a1 Department of Psychology, Northwestern University
a2 Department of Psychology, Northwestern University
The issue of race has followed Barack Obama since he emerged on the national political scene, continuing unabated throughout his successful 2008 presidential campaign. Although the issue of race is not always explicitly acknowledged or discussed by Obama himself, the implications of his successful candidacy for U.S. politics and the ways people in the United States think about race more generally have been of great interest to media pundits, social scientists, and laypersons alike. Race has been considered a substantial barrier to the electoral success of previous non-White political candidates; therefore Obama's success requires reconsideration of how race can be expected to influence political outcomes in the future. In addition, his biracial identity also raises questions about how his role as a prominent cultural figure will affect existing racial categories in the United States. A review of social psychological evidence highlights the importance of understanding the ambivalence that characterizes contemporary racial attitudes, as well as the ways in which definitions of race and racial categories may be changing, in order to understand the impact that Obama could have on the future of racial politics. We conclude that Obama's victory represents a large step in the direction of increasingly positive racial attitudes and more sophisticated public conceptualizations of race, but steady progress in the coming years is not guaranteed. We consider some of the opportunities and obstacles that may affect the trajectory of future gains in the struggle for racial equality in the Obama era.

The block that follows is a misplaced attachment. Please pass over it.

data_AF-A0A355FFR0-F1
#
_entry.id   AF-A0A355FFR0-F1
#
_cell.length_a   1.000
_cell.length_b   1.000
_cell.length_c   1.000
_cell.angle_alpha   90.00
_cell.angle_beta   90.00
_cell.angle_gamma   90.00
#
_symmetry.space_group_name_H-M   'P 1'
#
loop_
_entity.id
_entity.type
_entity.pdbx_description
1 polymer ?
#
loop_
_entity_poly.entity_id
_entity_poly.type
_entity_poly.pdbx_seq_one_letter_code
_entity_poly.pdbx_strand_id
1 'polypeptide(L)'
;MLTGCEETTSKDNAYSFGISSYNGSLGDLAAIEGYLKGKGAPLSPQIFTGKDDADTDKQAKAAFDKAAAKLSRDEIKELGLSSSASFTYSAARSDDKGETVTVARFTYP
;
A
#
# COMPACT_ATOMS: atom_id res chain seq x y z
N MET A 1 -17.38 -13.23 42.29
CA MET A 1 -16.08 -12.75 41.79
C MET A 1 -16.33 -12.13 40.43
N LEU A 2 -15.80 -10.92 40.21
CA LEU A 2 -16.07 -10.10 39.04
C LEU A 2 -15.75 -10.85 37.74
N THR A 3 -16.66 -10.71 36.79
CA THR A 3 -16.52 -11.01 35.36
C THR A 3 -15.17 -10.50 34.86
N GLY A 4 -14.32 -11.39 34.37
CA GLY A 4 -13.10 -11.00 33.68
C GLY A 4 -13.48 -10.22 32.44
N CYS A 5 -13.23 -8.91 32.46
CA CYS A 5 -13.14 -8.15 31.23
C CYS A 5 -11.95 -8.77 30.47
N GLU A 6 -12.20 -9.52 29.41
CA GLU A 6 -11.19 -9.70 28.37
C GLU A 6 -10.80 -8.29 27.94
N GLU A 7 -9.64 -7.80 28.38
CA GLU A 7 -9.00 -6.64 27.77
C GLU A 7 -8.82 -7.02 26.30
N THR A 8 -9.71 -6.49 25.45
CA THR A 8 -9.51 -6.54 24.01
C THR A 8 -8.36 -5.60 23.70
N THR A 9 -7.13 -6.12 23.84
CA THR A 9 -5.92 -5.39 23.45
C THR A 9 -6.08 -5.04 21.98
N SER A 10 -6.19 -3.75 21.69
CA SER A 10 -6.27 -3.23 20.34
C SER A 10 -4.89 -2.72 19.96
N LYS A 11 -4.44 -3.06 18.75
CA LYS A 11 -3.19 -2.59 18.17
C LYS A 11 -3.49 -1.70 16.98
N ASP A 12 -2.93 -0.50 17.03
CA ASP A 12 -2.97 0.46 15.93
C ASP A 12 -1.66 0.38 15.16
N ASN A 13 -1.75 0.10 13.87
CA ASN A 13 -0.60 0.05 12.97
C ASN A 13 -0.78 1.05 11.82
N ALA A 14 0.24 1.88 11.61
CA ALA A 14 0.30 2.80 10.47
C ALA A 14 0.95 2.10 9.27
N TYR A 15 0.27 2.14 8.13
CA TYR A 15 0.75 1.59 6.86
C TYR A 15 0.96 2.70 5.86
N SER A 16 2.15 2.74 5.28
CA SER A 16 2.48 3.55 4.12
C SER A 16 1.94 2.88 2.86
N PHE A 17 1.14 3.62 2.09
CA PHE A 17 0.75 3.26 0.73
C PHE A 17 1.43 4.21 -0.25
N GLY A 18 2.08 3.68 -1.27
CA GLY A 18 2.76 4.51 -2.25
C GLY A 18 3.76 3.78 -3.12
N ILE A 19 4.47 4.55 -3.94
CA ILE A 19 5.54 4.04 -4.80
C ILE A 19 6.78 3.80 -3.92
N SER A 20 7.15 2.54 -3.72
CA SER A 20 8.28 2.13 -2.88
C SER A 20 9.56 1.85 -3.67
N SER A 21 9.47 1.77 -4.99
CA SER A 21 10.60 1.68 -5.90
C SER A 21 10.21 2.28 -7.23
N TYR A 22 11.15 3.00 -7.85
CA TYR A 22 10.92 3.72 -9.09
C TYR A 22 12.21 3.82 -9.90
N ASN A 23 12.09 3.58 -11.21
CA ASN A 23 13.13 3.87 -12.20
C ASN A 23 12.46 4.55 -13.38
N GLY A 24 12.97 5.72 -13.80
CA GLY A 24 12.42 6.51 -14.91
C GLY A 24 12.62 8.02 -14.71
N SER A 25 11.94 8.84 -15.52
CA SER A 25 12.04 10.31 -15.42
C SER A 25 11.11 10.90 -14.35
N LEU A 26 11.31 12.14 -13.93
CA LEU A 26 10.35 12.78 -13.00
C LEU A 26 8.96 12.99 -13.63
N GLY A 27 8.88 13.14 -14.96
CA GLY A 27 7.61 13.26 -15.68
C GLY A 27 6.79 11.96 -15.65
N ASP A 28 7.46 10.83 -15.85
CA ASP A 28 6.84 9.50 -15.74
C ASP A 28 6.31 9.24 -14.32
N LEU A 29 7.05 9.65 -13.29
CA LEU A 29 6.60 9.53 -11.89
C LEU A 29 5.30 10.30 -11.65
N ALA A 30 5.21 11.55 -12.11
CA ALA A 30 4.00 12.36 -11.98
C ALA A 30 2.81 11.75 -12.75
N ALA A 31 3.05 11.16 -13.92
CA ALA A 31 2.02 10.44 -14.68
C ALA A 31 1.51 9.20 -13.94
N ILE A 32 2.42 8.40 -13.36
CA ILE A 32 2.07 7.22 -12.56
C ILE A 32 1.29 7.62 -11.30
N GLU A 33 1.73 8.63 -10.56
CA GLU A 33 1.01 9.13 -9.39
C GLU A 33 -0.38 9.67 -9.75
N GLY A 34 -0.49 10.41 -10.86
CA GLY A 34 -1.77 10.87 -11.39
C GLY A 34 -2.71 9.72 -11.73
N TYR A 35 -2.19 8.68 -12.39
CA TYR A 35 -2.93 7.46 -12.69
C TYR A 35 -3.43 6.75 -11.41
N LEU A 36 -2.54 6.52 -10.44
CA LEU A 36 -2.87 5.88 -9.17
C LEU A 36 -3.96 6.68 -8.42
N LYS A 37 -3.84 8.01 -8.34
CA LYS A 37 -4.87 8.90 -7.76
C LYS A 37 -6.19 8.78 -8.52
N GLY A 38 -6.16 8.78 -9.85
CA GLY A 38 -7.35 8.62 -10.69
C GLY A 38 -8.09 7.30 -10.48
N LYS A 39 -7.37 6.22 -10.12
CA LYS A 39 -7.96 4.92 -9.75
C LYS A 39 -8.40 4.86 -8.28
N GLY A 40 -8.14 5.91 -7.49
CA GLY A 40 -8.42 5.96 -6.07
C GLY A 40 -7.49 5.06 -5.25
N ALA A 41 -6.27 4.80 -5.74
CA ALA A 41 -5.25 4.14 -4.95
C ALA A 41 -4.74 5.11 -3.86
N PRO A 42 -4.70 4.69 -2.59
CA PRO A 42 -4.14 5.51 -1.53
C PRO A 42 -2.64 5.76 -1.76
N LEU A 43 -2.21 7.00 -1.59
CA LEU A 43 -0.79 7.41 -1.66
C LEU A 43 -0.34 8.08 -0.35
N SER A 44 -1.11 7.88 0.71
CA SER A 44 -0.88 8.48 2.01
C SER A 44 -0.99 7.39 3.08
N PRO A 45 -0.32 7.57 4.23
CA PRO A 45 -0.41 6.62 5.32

Destiny Peery is a PhD/JD candidate in the Department of Psychology and School of Law at Northwestern University. She earned her BA in psychology from the University of Minnesota and her MA in social psychology from Northwestern University. Her primary line of research addresses how people perceive and categorize ambiguous targets (e.g., racially ambiguous or multiracial people) and the implications of initial categorization processes on subsequent reactions to the targets. She is broadly interested in social cognition and racial stereotyping and prejudice.
Galen V. Bodenhausen is Lawyer Taylor Professor of Psychology and Marketing at Northwestern University, where he also serves as codirector of the Center on the Science of Diversity. He earned his PhD in social psychology at the University of Illinois at Urbana-Champaign. His research addresses the cognitive functions of social attitudes and stereotypes, particularly their roles in influencing attention, perception, memory, judgment, and behavior. A frequent focus of his recent research is on the relatively automatic and implicit aspects of prejudice and stereotyping. Bodenhausen is a fellow of the Association for Psychological Science, the American Psychological Association, the Society for Personality and Social Psychology, and the Society for the Psychological Study of Social Issues. He currently serves as editor in chief of Personality and Social Psychology Review.